"Everything in moderation is a balance we can all appreciate, for while the grass may be greener elsewhere, it still needs to be mowed, fertilized, and cared for." (p193)
We all know this at heart, although the addiction to bigger houses, faster cars and bigger TVs is a hard one for most of us to give up. Simply telling us to rethink our lives can come across as something of a platitude.
Where I can see this book being worthwhile is for someone who is really struggling to change their lives, after realising that they are personally on the wrong track. Like trying to overcome any addiction, recovering materialists need constant reinforcement that they are right to abstain and seek a different way. A daily reading from 'Manual for Living: Reality' would enhance that sense of wellbeing within the maelstrom of change. It's like having your own spiritual fitness trainer. That it does not specifically advocate any one religious belief or philosophy makes it accessible to a wider audience as a supportive wisdom book. The book can be soothing and reassuring - and is realistic about human frailty:
"We don't give ourselves enough credit for the difficulties and complexities involved in being an active member of the human community." (p100)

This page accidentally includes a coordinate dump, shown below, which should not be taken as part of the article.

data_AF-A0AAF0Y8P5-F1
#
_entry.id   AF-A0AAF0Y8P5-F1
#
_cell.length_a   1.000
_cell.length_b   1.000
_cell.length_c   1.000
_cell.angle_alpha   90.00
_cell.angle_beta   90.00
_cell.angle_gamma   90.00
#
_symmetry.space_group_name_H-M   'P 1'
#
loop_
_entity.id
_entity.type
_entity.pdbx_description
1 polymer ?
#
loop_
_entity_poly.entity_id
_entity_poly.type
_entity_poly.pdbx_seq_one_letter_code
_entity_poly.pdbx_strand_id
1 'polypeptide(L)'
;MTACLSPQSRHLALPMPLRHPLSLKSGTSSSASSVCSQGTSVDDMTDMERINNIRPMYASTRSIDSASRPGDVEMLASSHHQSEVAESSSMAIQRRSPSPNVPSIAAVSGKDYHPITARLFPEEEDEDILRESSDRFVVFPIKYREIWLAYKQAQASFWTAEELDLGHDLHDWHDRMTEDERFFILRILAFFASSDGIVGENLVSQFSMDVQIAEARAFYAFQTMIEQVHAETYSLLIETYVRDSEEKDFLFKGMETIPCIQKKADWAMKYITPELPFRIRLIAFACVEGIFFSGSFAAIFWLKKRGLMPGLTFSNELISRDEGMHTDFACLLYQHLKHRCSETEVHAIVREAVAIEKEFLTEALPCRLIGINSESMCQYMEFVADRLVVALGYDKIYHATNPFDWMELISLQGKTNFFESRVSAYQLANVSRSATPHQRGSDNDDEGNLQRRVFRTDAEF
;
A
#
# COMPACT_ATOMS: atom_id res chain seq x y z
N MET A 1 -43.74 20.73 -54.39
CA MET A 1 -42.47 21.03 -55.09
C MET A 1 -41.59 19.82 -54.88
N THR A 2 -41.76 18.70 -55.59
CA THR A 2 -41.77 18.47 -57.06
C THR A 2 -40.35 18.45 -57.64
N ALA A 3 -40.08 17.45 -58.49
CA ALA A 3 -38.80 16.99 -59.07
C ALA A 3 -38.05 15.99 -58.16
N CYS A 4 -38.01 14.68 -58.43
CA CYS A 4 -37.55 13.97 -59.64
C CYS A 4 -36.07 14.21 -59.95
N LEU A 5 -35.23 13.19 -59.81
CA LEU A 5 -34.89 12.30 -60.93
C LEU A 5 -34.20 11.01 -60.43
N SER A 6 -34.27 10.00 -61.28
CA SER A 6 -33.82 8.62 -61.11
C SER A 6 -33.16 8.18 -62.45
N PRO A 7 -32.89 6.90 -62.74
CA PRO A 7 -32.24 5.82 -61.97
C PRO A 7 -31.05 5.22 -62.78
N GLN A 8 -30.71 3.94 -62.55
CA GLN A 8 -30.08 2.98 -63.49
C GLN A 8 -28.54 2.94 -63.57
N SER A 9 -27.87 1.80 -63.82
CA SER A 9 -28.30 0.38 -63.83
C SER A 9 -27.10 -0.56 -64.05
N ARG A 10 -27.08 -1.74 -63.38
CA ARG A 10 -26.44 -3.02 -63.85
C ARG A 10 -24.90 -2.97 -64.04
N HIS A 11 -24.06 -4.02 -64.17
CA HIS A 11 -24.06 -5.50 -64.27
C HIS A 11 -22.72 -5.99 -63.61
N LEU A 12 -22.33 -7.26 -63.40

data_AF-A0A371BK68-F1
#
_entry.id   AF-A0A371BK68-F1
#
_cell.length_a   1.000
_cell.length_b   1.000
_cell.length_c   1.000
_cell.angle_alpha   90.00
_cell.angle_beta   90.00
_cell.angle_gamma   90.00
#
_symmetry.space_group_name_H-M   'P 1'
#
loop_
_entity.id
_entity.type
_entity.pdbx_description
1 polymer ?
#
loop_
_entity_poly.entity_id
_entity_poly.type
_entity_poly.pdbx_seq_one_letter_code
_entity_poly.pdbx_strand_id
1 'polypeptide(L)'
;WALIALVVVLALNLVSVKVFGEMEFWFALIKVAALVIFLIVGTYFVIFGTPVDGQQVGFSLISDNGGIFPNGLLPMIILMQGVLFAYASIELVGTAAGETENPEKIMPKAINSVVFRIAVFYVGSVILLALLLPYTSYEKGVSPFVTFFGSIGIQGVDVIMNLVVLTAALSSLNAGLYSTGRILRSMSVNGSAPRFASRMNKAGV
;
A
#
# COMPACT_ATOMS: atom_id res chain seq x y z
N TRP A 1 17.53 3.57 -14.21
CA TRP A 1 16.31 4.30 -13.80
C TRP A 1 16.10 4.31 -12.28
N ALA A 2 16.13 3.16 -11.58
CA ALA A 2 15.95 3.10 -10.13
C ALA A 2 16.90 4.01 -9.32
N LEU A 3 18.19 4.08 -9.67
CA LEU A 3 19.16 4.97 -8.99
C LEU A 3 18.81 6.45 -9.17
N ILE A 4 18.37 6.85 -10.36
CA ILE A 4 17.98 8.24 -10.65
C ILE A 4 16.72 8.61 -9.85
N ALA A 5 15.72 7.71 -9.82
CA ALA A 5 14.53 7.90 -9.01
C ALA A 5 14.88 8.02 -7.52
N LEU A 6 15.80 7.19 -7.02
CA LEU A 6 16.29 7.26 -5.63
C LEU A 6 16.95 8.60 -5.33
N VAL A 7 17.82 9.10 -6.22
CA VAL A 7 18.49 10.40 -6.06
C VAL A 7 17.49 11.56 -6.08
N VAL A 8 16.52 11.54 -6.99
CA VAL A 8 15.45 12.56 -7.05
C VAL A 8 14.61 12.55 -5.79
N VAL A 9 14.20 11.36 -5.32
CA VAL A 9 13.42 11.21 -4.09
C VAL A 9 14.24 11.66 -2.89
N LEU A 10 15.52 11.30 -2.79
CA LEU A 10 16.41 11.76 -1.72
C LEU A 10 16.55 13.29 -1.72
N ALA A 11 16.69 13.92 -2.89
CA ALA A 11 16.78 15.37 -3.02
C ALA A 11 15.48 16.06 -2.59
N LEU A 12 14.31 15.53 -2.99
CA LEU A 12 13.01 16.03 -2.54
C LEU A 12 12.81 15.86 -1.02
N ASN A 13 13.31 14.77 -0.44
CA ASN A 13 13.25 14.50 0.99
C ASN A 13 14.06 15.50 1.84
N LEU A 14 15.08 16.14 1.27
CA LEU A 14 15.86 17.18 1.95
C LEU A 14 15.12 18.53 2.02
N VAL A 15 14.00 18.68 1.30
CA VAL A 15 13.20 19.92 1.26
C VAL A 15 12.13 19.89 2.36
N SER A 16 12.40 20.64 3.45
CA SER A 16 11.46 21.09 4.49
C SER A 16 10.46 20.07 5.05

We also don't critique the nature of our society enough, either. As Madeleine Bunting observes, we have become willing slaves within a great societal machine. The modern Anglo-Saxon society, whether in the US or UK, demands a strong work ethic, and sets itself against a healthy work-life balance. The French have a better philosophy of Life, although it pains me to say it! But 'Manual for Living' is not a revolutionary text. Change is advocated at individual level, in a very American kind of way, to achieve 'greatness'. And if change is not possible (i.e. the boss doesn't take kindly to your idea of taking some time off to be with your kids) then Seth David Chernoff notes that we should simply live in the moment. Presumably at work.
I'm sorry to sound so cynical. The book is written with a positive, healing message in mind, and perhaps does not deserve this kind of cold analysis. The author is correct to argue that we've never had it so good, if only we could see it:
"History shows greater pain and suffering than we could imagine today, and even with our medical and technological advances, we still face the dawn as if we are all alone in our pain". (p170)
But we are also living a faster-paced life than ever before, where our privacy has been eroded beyond all conception by mobile phones and social-networking, and the requirements for us to succeed within this complex society have never been greater. A 'Manual for Living: Reality' offers us the opportunity to step away from that complexity and bustle, and understand what really matters. A timeless wisdom that is more relevant these days than ever before.
Book review by Andy Lloyd, 9th September 2010